When Life Stops Working

I first met Lisa in September 2009 as a recovery ministry leader. I had just recently moved to the United Kingdom from the US for work and graduate school. Lisa was exceptionally quiet and reserved. For the first three to four weeks of facilitating the group, she never spoke a word. Quite frankly, she held the body posture that said rather loudly, "Lord, please let me simply disappear." As she started to open up one sentence at a time, it was evident that this young lady had been through some traumatic experiences as a child that she continues to carry on her shoulders as an adult. When she began to get comfortable, the stories tumbled out and some of them were horrific. They were things no child should have had to suffer. Her life had stopped working. She was broken and feared she would never be made whole again.

As time wore on, I had just two questions for her: "How is holding on to all this pain working for you? What is the pay-off you're getting from carrying this burden?" She seemed taken aback by my line of questioning. She didn't have an immediate response but wrote the questions down and promised to return with answers to share with the group in the coming week.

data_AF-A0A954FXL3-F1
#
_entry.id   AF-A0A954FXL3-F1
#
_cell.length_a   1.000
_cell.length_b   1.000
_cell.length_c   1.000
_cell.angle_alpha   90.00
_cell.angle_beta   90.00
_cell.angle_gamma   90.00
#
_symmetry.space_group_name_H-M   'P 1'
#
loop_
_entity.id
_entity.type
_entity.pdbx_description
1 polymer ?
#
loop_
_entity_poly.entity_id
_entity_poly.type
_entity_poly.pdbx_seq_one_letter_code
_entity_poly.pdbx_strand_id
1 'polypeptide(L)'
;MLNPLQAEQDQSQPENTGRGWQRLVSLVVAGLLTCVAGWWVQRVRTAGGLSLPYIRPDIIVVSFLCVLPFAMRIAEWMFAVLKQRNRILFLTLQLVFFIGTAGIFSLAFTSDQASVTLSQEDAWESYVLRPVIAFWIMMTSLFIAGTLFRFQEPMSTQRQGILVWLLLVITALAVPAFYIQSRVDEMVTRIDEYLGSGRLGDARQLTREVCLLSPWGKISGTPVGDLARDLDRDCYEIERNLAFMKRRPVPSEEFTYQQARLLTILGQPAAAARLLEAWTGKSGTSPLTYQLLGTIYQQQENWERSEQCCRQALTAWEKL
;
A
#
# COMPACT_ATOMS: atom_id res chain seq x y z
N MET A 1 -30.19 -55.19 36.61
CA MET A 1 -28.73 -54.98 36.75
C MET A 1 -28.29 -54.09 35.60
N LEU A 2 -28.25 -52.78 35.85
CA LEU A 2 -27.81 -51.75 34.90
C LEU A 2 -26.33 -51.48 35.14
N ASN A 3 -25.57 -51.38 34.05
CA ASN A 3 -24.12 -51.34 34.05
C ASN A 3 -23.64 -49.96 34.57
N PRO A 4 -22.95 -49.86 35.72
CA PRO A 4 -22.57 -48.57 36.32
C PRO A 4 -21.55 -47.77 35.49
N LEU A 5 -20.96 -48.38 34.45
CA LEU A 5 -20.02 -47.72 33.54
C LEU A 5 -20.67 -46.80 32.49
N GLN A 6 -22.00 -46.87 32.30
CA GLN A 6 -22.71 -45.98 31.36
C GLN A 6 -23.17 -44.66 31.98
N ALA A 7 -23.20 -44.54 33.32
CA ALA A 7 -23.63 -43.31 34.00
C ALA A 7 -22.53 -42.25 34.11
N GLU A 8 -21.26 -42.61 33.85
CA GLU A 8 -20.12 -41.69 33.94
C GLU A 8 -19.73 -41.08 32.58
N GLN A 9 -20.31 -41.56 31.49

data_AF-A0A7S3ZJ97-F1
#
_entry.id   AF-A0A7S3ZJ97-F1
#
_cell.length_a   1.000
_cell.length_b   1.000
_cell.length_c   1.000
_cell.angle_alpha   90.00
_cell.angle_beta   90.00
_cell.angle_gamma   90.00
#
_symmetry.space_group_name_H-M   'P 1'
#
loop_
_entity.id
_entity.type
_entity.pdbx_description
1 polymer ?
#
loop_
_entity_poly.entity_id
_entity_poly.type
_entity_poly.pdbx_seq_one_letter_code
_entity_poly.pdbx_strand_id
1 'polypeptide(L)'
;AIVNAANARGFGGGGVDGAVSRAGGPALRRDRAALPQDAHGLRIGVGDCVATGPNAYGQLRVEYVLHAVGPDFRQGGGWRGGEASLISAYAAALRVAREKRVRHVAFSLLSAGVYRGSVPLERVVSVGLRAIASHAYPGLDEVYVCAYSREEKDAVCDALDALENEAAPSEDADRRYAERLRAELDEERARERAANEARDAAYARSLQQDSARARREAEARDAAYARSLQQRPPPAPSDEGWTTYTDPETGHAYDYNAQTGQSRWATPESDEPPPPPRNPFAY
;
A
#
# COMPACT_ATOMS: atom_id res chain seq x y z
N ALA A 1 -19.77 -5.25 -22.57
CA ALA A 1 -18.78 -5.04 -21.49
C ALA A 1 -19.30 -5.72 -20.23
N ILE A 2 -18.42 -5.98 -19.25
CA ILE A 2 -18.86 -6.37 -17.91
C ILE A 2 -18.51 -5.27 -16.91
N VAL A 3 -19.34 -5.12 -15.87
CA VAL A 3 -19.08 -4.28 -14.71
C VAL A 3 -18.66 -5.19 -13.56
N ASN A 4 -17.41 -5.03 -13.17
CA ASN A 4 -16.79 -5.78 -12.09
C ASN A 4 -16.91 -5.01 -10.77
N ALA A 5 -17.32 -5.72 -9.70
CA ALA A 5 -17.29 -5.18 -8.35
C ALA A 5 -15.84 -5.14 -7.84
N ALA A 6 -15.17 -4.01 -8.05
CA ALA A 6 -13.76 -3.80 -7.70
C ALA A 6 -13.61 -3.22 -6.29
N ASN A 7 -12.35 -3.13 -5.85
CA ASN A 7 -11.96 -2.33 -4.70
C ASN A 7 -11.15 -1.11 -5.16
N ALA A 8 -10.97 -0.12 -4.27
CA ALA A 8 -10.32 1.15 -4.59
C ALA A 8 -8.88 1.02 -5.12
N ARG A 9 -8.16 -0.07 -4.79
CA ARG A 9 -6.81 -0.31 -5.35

Many of us carry pretty heavy loads around from disappointing experiences that continually wear us down but subconsciously we have refused to set the burdens down. Eric Hoffer said it well with this quote: "People will cling to an unsatisfactory way of life rather than change in order to get something better for fear of getting something worse." Often times we are afraid of what's on the other side of letting go. We fear that we would lose all our excuses for failing to be effective with the life we have if we release the disappointments from the past completely. We don't know who we truly are or what's possible without the pain. But to move forward, we have to stop looking back.

If your life appears to have stopped working because of past trauma, I ask you the same set of questions: "How is holding on to all this pain working for you? What is the pay-off you're getting from carrying this burden?" Let it all go and cross over to the other side. On the other side lies freedom, growth, strength, the ability to start over and a brand new life.

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